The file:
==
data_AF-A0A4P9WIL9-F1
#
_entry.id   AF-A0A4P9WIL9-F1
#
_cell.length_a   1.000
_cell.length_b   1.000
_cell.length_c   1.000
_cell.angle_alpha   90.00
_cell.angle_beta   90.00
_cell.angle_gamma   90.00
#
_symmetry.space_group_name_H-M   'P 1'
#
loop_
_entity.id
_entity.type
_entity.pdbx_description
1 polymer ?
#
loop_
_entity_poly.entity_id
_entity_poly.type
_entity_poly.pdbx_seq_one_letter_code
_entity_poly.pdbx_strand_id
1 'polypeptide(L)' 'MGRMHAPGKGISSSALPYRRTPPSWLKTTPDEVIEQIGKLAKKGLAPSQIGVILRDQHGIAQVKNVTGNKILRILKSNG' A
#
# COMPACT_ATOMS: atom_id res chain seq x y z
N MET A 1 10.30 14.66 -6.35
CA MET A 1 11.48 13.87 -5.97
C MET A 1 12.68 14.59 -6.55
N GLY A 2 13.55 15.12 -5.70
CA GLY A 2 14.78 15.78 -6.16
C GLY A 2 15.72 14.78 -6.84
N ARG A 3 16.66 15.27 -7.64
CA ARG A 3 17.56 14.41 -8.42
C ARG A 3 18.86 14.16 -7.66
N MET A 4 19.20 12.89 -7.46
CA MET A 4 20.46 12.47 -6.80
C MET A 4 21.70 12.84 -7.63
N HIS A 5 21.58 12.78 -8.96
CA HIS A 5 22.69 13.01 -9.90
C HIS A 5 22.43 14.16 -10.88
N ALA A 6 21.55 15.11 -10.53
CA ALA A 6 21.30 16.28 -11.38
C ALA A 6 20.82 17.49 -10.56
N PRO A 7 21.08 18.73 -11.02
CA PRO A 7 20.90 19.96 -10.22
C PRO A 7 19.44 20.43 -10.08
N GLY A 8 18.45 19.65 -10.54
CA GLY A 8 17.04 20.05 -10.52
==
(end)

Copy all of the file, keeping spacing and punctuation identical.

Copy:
data_AF-A0A4P9WIL9-F1
#
_entry.id   AF-A0A4P9WIL9-F1
#
_cell.length_a   1.000
_cell.length_b   1.000
_cell.length_c   1.000
_cell.angle_alpha   90.00
_cell.angle_beta   90.00
_cell.angle_gamma   90.00
#
_symmetry.space_group_name_H-M   'P 1'
#
loop_
_entity.id
_entity.type
_entity.pdbx_description
1 polymer ?
#
loop_
_entity_poly.entity_id
_entity_poly.type
_entity_poly.pdbx_seq_one_letter_code
_entity_poly.pdbx_strand_id
1 'polypeptide(L)' 'MGRMHAPGKGISSSALPYRRTPPSWLKTTPDEVIEQIGKLAKKGLAPSQIGVILRDQHGIAQVKNVTGNKILRILKSNG' A
#
# COMPACT_ATOMS: atom_id res chain seq x y z
N MET A 1 10.30 14.66 -6.35
CA MET A 1 11.48 13.87 -5.97
C MET A 1 12.68 14.59 -6.55
N GLY A 2 13.55 15.12 -5.70
CA GLY A 2 14.78 15.78 -6.16
C GLY A 2 15.72 14.78 -6.84
N ARG A 3 16.66 15.27 -7.64
CA ARG A 3 17.56 14.41 -8.42
C ARG A 3 18.86 14.16 -7.66
N MET A 4 19.20 12.89 -7.46
CA MET A 4 20.46 12.47 -6.80
C MET A 4 21.70 12.84 -7.63
N HIS A 5 21.58 12.78 -8.96
CA HIS A 5 22.69 13.01 -9.90
C HIS A 5 22.43 14.16 -10.88
N ALA A 6 21.55 15.11 -10.53
CA ALA A 6 21.30 16.28 -11.38
C ALA A 6 20.82 17.49 -10.56
N PRO A 7 21.08 18.73 -11.02
CA PRO A 7 20.90 19.96 -10.22
C PRO A 7 19.44 20.43 -10.08
N GLY A 8 18.45 19.65 -10.54
CA GLY A 8 17.04 20.05 -10.52